? Standardize the software used within the district (word processing, spreadsheet, database, and email)

? Outline a training plan for all staff members

? Update student computers, beginning with the elementary schools, so that students have WAN and Internet access

? Update the hardware to 10/100MB capability (hub and nic replacement)

? Update the servers

? Provide a solution for getting rid of old equipment

? Suggest an equipment replacement schedule for the future so that the district is not replacing all computers in a single year

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Windows based design modeling

by CG IT In reply to networking

Need to know the entire existing hardware topology top to bottom including existing domains [if any] security requirements, most concern on whether the labs are on the network or not [labs imo should NOT be on the same network as administration]. Who needs access to what at all 3 sites e.g. does there really need to be access between elementary, Jr High , HS. What server/network solution have the school district decided on? Windows, Solaris, Linux?

Schools are somewhat difficult to plan out because there are labs and kids just love to be able to hack and get into the school system.

Just from your general outline, cost will be upwards of $175K USD+ in hardware considering educational discounts and volume licensing. Sofware is tricky. Vendors will go to great lenghts to give you decent pricing. For migration, intergration of existing infrastructure into a new structure I would use a planned phase out of existing hardware. Price quoted is a revamp price including 2U rackmount servers 2 DNS each site, bridgehead exchange, WINS, DHCP. In the main campus room 2 DNS for root domain, exchange farm, Linux web server campus backbone routing/switching using TCP/IP and DB servers. Im a Windows person so I would opt for a windows solution. Schools can get volume pricing on Windows XP Pro and Windows 2000/2003 server solutions that commercial entities can not. Apple will also give you upgrades if you just ask em. Novell can be intergrated into a Windows based solution. Again schools can be tricky as politics plays a big role in who gets what, what is used, etc.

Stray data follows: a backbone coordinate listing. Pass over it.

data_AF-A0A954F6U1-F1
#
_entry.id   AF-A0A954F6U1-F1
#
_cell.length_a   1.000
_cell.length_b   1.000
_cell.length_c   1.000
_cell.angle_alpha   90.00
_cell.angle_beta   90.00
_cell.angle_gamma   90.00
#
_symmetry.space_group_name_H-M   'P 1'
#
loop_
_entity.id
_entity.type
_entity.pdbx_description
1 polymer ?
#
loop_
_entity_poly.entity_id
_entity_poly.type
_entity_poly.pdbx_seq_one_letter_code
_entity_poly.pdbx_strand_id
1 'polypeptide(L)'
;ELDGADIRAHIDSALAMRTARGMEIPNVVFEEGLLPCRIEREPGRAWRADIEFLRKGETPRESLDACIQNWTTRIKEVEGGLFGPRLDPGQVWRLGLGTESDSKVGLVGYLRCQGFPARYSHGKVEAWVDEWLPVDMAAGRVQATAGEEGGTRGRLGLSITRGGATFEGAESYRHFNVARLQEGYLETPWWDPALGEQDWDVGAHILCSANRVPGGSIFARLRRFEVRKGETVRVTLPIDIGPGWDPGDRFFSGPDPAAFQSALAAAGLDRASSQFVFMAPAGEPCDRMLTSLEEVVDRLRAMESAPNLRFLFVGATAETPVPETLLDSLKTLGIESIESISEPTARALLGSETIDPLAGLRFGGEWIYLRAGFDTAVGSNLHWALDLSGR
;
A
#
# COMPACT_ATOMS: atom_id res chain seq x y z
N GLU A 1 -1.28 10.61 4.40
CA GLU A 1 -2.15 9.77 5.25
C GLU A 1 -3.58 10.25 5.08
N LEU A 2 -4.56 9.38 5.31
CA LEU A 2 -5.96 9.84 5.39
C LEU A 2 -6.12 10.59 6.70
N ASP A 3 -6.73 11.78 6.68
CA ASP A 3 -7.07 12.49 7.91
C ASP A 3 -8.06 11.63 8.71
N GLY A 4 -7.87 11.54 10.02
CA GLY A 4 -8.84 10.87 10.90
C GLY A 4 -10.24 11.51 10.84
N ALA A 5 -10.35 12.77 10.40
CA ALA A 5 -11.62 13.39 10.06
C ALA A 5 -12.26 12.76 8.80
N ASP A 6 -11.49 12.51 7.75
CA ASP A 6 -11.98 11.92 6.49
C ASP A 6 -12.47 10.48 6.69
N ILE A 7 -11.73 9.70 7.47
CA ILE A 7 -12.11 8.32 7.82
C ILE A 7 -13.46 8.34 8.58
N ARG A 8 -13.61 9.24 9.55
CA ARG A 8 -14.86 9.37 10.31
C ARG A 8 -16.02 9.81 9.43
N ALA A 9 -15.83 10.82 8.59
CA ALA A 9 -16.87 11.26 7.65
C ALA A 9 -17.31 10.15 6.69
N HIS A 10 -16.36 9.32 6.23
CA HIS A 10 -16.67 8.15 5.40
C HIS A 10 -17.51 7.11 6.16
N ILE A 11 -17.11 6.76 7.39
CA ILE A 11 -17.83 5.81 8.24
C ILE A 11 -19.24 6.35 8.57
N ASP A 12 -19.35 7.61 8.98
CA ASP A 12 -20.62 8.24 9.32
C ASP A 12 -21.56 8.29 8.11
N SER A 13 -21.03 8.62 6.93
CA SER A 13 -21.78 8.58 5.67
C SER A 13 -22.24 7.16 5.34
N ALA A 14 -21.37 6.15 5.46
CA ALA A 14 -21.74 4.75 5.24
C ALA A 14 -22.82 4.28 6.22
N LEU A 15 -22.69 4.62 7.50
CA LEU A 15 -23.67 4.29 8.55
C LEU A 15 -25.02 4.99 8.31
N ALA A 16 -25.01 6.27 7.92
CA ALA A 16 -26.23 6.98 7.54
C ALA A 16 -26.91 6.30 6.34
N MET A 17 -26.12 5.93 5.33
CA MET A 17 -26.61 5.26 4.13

imo each division of schools, elementary Jr. High, HS in the school district should be their own domain for security reasons. I would opt for child domains of school district root domain. Mail would be done at the root level. Everyone within the school district has the same @<schooldistrict>.edu email address. bridgehead servers at each site. DB

WAN linking hardware is a matter of perference with most going with Cisco solutions. PIX 501s with T1 modules with 2950s 10/100 managed switches. NO wireless. Sorry wireless gurus but thats how kids hack unless they got a teachers assistant who gives em access to the main network.

If windows solution use OUs to seperate out different departments and assign security groups.

IP addressing, run DHCP on each child domain segment not one big DHCP server servicing the entire forest. domain authentication the same way.

This is rough considering there is no access to deisgn planning documentation including feedback from users on what they need to do their jobs and no access to existing entire hardware topology.